Spiel 2013 Preview: Francis Drake

Posted by James (admin) on October 16th, 2013

Francis Drake gameFrancis Drake is a game of sailing, looting and plundering.  So, already, I’m thinking, what’s not to like?  From reading the rules, the game appears to have some very promising gameplay within it too.

Before setting out on to the high seas, players prepare for their journey in the streets of Plymouth by buying/gaining guns, crew, supplies, goods for trading, etc.  The 18 locations that can be used for these preparations are laid out in a long line (street) and the players take turns using a location by placing one of their 10 action discs on the location.  However, players can select an action further down the street from their last action (never backwards).  Also, some locations have limited uses and some of the actions on a location are better than others – so players will want to progress slowly so they can use lots of different locations, but move quickly so they are first to use a location and get the most from it.  This is very similar to Egizia (one of my favourite games) which is a very engaging game mechanic.

Once the players have all finished their preparations, they each set sail.  On the board are various destinations which are comprised of islands (with towns and forts) and galleons which can be attacked, as well as trade ports where players can exchange goods they have brought with them.  Players take turns placing numbered mission discs of their colour next to the destinations they wish to attack (or trade with).  The mission discs are placed face-down so players do not know the numbers that other players have placed, and are revealed when all discs have been placed.

Francis Drake cover

Players now take turns resolving their discs in order (all the number 1 discs, then all the number 2 discs) and may attack/trade at the the relevant discs location.  When trading, players simple exchange the required amount of goods for exotic goods.  However, whilst the players know some details about the destinations they can attack when they place their action discs, the full details are not revealed until now.  So, a player may choose not to attack if they discover it is too well defended, they have used their resources already, etc.  Only 2 attacks can be carried out on each destination each round so making an attack may deprive another player from doing so (and placing a high number disc means it may be less likely you will get a chance to attack if other players place discs there too).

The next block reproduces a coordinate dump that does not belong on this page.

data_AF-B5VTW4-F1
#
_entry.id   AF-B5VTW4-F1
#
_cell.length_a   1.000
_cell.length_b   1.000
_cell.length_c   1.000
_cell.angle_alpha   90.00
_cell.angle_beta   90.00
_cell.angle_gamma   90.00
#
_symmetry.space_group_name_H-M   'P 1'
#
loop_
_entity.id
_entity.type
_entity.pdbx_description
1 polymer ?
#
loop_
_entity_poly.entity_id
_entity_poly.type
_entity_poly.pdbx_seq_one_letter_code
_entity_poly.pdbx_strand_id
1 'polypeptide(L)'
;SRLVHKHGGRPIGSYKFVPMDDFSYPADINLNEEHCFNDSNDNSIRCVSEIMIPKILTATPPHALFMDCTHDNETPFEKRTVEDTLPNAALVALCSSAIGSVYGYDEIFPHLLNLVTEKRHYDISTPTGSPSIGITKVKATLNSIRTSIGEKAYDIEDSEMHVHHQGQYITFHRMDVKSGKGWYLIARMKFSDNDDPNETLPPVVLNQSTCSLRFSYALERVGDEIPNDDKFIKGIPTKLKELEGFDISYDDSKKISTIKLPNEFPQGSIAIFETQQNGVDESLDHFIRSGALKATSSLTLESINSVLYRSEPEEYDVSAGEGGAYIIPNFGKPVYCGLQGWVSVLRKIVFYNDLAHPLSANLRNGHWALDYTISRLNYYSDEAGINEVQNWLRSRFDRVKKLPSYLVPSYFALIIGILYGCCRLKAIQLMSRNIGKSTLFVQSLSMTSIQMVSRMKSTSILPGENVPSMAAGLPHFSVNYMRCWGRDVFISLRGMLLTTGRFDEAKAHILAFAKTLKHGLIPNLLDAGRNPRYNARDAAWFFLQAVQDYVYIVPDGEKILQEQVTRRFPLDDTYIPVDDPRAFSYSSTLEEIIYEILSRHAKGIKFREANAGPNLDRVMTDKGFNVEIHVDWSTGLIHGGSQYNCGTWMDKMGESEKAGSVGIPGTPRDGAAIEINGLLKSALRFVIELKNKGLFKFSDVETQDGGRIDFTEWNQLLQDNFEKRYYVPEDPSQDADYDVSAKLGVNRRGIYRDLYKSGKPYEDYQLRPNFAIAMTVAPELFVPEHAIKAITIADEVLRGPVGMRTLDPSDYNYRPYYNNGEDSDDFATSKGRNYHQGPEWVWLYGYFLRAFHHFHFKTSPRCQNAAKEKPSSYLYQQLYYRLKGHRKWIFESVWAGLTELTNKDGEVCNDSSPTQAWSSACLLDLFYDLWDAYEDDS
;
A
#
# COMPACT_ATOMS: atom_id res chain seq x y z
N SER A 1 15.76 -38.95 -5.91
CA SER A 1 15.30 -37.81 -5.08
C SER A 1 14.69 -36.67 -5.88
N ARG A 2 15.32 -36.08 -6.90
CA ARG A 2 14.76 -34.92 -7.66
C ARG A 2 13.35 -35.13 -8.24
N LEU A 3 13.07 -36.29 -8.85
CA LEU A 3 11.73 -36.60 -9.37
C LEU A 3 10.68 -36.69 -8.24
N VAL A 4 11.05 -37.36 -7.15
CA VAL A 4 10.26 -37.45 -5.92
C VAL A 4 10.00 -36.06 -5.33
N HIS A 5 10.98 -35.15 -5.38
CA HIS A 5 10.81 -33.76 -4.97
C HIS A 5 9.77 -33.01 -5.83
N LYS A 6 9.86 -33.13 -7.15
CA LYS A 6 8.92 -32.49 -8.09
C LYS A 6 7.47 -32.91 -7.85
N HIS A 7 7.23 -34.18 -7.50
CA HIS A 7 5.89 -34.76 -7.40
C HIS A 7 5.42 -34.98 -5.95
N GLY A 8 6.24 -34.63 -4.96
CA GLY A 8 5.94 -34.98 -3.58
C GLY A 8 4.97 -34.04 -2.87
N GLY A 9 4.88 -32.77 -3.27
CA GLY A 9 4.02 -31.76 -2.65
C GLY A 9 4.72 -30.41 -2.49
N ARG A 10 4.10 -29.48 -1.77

Players need crew to attack towns, crew and guns to attack forts, and guns to attack galleons.  Successful attacks earn the player victory points, and the first attack on a destination can earn gold, silver, or gems.  A player can choose to return to Plymouth rather than resolving any more discs and the first ships back get bonus victory points.  Other bonus victory points are earned based on the variety of actions each player carried out during the round too.

The game ends after 3 rounds (preparations and missions) and there are extra victory points to be earned at game end for having exotic commodities, gold, silver and jewels.

It sounds like Francis Drake has a very interesting mix of game mechanics with the action-claiming play of Egizia in the preparation and then worker-placement with ordered resolution and trying to predict other players’ intentions too.  It sounds very tense and with lots of tricky decisions and elements to balance, so I’m definitely looking forwards to this one.

You can read the rules and see the details of the game on Eagle Game’s web site using this link: bga.me/drake


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